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Home page > Review > Back Door Channels: The Price of Peace (19 October 2010)

Back Door Channels: The Price of Peace by Harry Hunkele


The latest salvo in the ongoing sotto voce campaign to rehabilitate the reputation of the Carter administration, Back Door Channels: The Price of Peace had a lengthy delay between completion and screening that rather suggested the festival was about to drop a massive lump of coal. I’m happy to report this isn’t the case. Whilst the film as a whole fails to live up to its exceptionally accomplished opening sequence (which inventively surmises millennia of enmity between Jews and Muslims in the Middle East in a mere 4 minutes ), it remains an original addition to the political documentary canon, although its greatest audience may well be found amongst academics.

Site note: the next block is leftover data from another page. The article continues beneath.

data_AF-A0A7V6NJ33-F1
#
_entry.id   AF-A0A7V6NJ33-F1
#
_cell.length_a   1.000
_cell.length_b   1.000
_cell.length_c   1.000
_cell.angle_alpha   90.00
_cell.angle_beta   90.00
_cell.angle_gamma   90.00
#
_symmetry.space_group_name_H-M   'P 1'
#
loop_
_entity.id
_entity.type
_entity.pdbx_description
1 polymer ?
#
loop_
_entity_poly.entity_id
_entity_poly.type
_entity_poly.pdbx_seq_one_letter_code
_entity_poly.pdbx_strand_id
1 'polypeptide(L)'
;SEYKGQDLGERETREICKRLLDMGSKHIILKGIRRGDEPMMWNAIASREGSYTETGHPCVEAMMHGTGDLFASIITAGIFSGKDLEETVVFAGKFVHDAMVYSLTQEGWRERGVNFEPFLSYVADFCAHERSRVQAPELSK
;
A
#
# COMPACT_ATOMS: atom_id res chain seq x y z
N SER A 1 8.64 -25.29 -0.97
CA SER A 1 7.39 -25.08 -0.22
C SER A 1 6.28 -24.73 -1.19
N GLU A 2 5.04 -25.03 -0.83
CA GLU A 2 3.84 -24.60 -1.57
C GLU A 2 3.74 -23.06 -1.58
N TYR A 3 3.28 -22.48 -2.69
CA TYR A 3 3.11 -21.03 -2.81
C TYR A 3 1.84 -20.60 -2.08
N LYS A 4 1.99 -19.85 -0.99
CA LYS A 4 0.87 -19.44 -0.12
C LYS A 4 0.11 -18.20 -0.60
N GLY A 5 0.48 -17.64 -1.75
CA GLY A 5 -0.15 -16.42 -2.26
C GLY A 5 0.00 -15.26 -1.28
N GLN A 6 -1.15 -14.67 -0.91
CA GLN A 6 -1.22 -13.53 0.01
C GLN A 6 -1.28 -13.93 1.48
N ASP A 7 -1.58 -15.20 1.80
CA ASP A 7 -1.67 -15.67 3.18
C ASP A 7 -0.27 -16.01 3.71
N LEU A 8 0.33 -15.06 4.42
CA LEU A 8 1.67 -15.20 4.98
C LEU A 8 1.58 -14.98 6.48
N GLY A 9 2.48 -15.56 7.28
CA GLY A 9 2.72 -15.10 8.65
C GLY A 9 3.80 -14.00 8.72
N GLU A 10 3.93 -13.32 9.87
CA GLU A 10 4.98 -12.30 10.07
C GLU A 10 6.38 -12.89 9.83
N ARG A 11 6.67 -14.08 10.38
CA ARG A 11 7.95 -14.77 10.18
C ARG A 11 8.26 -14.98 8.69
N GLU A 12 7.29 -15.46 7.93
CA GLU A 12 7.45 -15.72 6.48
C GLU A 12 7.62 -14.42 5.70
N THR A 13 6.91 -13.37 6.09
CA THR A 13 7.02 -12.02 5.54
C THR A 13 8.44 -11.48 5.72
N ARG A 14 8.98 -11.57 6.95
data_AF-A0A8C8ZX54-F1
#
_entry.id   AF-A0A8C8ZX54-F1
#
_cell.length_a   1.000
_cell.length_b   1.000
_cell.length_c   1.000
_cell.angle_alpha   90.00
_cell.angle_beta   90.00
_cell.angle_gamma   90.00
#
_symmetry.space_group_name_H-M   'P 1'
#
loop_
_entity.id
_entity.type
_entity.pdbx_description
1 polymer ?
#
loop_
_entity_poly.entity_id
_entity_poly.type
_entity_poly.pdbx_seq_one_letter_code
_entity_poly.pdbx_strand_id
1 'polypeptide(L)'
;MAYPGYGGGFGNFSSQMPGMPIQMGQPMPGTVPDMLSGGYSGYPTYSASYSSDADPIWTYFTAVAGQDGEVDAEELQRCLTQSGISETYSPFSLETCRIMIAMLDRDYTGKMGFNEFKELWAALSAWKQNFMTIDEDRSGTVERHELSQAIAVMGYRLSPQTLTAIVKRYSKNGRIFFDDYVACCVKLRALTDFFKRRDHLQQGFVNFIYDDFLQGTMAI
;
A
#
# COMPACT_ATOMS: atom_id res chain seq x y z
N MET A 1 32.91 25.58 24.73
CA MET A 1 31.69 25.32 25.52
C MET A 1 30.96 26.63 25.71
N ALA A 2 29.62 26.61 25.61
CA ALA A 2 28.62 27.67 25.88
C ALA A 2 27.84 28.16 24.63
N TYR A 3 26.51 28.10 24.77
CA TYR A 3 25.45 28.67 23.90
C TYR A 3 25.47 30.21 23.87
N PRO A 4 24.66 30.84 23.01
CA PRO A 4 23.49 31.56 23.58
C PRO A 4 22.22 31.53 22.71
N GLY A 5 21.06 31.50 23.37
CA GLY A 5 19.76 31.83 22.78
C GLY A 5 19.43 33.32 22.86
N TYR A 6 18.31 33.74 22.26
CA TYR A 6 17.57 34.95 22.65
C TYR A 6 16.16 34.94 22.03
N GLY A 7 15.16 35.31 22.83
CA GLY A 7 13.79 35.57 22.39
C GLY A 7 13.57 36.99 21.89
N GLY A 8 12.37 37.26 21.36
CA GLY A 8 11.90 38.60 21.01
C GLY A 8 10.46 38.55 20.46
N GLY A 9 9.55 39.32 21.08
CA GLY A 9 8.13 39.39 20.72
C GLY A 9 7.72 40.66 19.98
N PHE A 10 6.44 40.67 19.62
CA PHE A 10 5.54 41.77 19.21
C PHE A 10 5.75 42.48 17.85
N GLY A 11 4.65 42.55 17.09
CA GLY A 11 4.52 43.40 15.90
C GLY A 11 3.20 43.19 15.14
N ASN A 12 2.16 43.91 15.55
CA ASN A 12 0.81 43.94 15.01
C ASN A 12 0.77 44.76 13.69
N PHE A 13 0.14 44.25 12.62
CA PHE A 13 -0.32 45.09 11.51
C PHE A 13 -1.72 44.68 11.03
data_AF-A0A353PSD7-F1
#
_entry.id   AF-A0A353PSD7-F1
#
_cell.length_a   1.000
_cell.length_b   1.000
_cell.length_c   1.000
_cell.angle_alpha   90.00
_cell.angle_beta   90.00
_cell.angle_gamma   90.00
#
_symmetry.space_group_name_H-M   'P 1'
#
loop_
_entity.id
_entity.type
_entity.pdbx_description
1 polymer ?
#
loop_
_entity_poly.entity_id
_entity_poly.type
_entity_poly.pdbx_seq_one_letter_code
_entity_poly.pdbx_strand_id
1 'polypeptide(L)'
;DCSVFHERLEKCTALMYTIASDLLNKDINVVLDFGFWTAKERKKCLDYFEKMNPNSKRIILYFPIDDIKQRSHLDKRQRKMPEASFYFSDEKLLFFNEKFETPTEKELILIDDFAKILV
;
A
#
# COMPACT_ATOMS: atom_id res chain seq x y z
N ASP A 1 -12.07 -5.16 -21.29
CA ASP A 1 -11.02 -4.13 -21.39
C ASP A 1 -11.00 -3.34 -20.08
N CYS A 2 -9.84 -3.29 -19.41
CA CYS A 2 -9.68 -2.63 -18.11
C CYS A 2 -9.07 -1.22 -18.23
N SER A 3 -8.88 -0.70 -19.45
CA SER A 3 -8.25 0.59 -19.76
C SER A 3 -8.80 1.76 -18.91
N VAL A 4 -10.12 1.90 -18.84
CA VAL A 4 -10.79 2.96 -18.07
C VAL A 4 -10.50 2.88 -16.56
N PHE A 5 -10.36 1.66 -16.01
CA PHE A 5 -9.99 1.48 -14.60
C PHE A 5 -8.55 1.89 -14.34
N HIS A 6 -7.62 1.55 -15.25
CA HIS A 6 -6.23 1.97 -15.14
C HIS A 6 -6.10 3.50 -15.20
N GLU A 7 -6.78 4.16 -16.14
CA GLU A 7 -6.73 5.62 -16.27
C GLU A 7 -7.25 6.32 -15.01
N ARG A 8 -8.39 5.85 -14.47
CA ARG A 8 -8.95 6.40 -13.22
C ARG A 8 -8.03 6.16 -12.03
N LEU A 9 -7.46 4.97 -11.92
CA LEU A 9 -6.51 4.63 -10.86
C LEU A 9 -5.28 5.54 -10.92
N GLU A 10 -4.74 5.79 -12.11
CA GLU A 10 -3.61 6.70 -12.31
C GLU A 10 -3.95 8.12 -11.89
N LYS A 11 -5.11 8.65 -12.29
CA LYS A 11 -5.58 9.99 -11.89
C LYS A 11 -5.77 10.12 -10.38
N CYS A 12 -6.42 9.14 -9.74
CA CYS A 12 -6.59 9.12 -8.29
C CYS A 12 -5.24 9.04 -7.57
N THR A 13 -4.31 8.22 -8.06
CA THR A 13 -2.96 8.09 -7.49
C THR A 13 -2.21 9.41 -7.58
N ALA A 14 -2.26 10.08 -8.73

It traces the events leading to the signing of the Egypt-Israel Peace Treaty in 1979, focusing on the role played by civil servants and intelligence agents behind the scenes, orchestrating communications and negotiations that could not yet be conducted through official channels. It’s a convoluted tale involving Moroccan royalty and a Romanian dictator, but Hunkele possesses a masterful knowledge of the facts, which, combined with his tasteful eye for archival footage, keeps things on track. Unfortunately, the film is let down by inexplicably clumsy transitions between scenes, as well as by an intrusive score, which annoys more often than it moves.

By Michael O’Regan

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